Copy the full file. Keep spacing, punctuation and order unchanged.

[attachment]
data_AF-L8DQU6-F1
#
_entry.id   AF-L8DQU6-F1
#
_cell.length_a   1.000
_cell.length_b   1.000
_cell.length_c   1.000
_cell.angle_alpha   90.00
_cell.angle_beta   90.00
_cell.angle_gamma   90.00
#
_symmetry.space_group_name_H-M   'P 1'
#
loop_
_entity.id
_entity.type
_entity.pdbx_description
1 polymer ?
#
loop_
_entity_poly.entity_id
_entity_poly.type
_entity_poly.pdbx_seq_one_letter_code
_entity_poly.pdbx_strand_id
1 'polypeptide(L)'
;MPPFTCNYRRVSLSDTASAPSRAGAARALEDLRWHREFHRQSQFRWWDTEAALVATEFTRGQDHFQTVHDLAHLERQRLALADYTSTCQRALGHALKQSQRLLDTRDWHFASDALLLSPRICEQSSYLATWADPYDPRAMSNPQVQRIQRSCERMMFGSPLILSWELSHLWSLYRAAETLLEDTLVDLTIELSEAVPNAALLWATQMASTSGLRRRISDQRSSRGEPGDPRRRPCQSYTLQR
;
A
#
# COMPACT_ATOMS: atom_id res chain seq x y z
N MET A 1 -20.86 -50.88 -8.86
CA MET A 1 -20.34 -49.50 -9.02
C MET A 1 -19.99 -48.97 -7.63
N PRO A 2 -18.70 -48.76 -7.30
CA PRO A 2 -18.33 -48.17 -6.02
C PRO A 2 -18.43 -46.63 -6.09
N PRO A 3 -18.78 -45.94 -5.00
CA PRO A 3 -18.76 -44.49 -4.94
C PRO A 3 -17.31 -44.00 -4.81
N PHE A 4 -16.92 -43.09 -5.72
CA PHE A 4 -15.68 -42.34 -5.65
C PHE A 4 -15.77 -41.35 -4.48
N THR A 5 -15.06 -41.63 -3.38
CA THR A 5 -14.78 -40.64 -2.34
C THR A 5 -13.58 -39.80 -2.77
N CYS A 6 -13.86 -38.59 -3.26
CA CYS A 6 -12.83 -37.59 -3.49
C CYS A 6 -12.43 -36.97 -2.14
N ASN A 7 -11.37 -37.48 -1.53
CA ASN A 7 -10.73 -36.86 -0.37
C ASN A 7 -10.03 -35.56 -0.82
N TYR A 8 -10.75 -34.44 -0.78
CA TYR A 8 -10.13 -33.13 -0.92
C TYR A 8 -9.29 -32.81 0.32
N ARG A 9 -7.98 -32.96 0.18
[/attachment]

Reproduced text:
data_AF-L8DQU6-F1
#
_entry.id   AF-L8DQU6-F1
#
_cell.length_a   1.000
_cell.length_b   1.000
_cell.length_c   1.000
_cell.angle_alpha   90.00
_cell.angle_beta   90.00
_cell.angle_gamma   90.00
#
_symmetry.space_group_name_H-M   'P 1'
#
loop_
_entity.id
_entity.type
_entity.pdbx_description
1 polymer ?
#
loop_
_entity_poly.entity_id
_entity_poly.type
_entity_poly.pdbx_seq_one_letter_code
_entity_poly.pdbx_strand_id
1 'polypeptide(L)'
;MPPFTCNYRRVSLSDTASAPSRAGAARALEDLRWHREFHRQSQFRWWDTEAALVATEFTRGQDHFQTVHDLAHLERQRLALADYTSTCQRALGHALKQSQRLLDTRDWHFASDALLLSPRICEQSSYLATWADPYDPRAMSNPQVQRIQRSCERMMFGSPLILSWELSHLWSLYRAAETLLEDTLVDLTIELSEAVPNAALLWATQMASTSGLRRRISDQRSSRGEPGDPRRRPCQSYTLQR
;
A
#
# COMPACT_ATOMS: atom_id res chain seq x y z
N MET A 1 -20.86 -50.88 -8.86
CA MET A 1 -20.34 -49.50 -9.02
C MET A 1 -19.99 -48.97 -7.63
N PRO A 2 -18.70 -48.76 -7.30
CA PRO A 2 -18.33 -48.17 -6.02
C PRO A 2 -18.43 -46.63 -6.09
N PRO A 3 -18.78 -45.94 -5.00
CA PRO A 3 -18.76 -44.49 -4.94
C PRO A 3 -17.31 -44.00 -4.81
N PHE A 4 -16.92 -43.09 -5.72
CA PHE A 4 -15.68 -42.34 -5.65
C PHE A 4 -15.77 -41.35 -4.48
N THR A 5 -15.06 -41.63 -3.38
CA THR A 5 -14.78 -40.64 -2.34
C THR A 5 -13.58 -39.80 -2.77
N CYS A 6 -13.86 -38.59 -3.26
CA CYS A 6 -12.83 -37.59 -3.49
C CYS A 6 -12.43 -36.97 -2.14
N ASN A 7 -11.37 -37.48 -1.53
CA ASN A 7 -10.73 -36.86 -0.37
C ASN A 7 -10.03 -35.56 -0.82
N TYR A 8 -10.75 -34.44 -0.78
CA TYR A 8 -10.13 -33.13 -0.92
C TYR A 8 -9.29 -32.81 0.32
N ARG A 9 -7.98 -32.96 0.18